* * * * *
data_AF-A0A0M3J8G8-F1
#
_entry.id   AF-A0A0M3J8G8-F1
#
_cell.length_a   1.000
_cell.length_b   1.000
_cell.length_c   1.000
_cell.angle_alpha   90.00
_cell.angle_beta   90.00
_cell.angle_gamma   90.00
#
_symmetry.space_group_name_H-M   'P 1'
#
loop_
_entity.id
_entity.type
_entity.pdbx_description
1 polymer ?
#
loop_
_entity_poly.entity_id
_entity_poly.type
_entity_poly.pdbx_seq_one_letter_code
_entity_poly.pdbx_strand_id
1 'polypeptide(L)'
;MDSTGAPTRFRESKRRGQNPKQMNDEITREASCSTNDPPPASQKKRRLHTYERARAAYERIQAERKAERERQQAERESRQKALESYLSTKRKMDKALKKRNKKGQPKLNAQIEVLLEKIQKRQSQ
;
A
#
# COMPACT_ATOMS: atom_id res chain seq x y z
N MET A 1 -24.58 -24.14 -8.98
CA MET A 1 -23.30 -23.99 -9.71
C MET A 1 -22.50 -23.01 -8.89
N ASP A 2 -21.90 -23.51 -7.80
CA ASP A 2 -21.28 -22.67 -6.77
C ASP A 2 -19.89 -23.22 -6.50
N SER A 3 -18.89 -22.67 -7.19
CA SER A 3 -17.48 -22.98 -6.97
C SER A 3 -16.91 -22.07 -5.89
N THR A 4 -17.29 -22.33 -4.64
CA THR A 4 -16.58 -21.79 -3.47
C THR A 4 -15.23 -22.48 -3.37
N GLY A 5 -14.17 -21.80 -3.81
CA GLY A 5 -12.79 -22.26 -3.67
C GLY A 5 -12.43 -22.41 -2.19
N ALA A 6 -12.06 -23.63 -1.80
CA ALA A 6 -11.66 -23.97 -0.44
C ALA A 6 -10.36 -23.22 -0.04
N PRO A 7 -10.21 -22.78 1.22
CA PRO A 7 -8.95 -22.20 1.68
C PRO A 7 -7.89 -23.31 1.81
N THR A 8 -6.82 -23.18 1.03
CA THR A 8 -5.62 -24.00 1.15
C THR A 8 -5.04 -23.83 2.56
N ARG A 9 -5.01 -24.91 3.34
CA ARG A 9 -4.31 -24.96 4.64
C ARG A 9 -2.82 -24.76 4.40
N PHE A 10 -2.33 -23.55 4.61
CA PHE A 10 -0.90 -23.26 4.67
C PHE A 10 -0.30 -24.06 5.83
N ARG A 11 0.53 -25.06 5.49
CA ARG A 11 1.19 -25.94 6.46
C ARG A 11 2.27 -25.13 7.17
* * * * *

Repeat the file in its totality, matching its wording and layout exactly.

data_AF-A0A0M3J8G8-F1
#
_entry.id   AF-A0A0M3J8G8-F1
#
_cell.length_a   1.000
_cell.length_b   1.000
_cell.length_c   1.000
_cell.angle_alpha   90.00
_cell.angle_beta   90.00
_cell.angle_gamma   90.00
#
_symmetry.space_group_name_H-M   'P 1'
#
loop_
_entity.id
_entity.type
_entity.pdbx_description
1 polymer ?
#
loop_
_entity_poly.entity_id
_entity_poly.type
_entity_poly.pdbx_seq_one_letter_code
_entity_poly.pdbx_strand_id
1 'polypeptide(L)'
;MDSTGAPTRFRESKRRGQNPKQMNDEITREASCSTNDPPPASQKKRRLHTYERARAAYERIQAERKAERERQQAERESRQKALESYLSTKRKMDKALKKRNKKGQPKLNAQIEVLLEKIQKRQSQ
;
A
#
# COMPACT_ATOMS: atom_id res chain seq x y z
N MET A 1 -24.58 -24.14 -8.98
CA MET A 1 -23.30 -23.99 -9.71
C MET A 1 -22.50 -23.01 -8.89
N ASP A 2 -21.90 -23.51 -7.80
CA ASP A 2 -21.28 -22.67 -6.77
C ASP A 2 -19.89 -23.22 -6.50
N SER A 3 -18.89 -22.67 -7.19
CA SER A 3 -17.48 -22.98 -6.97
C SER A 3 -16.91 -22.07 -5.89
N THR A 4 -17.29 -22.33 -4.64
CA THR A 4 -16.58 -21.79 -3.47
C THR A 4 -15.23 -22.48 -3.37
N GLY A 5 -14.17 -21.80 -3.81
CA GLY A 5 -12.79 -22.26 -3.67
C GLY A 5 -12.43 -22.41 -2.19
N ALA A 6 -12.06 -23.63 -1.80
CA ALA A 6 -11.66 -23.97 -0.44
C ALA A 6 -10.36 -23.22 -0.04
N PRO A 7 -10.21 -22.78 1.22
CA PRO A 7 -8.95 -22.20 1.68
C PRO A 7 -7.89 -23.31 1.81
N THR A 8 -6.82 -23.18 1.03
CA THR A 8 -5.62 -24.00 1.15
C THR A 8 -5.04 -23.83 2.56
N ARG A 9 -5.01 -24.91 3.34
CA ARG A 9 -4.31 -24.96 4.64
C ARG A 9 -2.82 -24.76 4.40
N PHE A 10 -2.33 -23.55 4.61
CA PHE A 10 -0.90 -23.26 4.67
C PHE A 10 -0.30 -24.06 5.83
N ARG A 11 0.53 -25.06 5.49
CA ARG A 11 1.19 -25.94 6.46
C ARG A 11 2.27 -25.13 7.17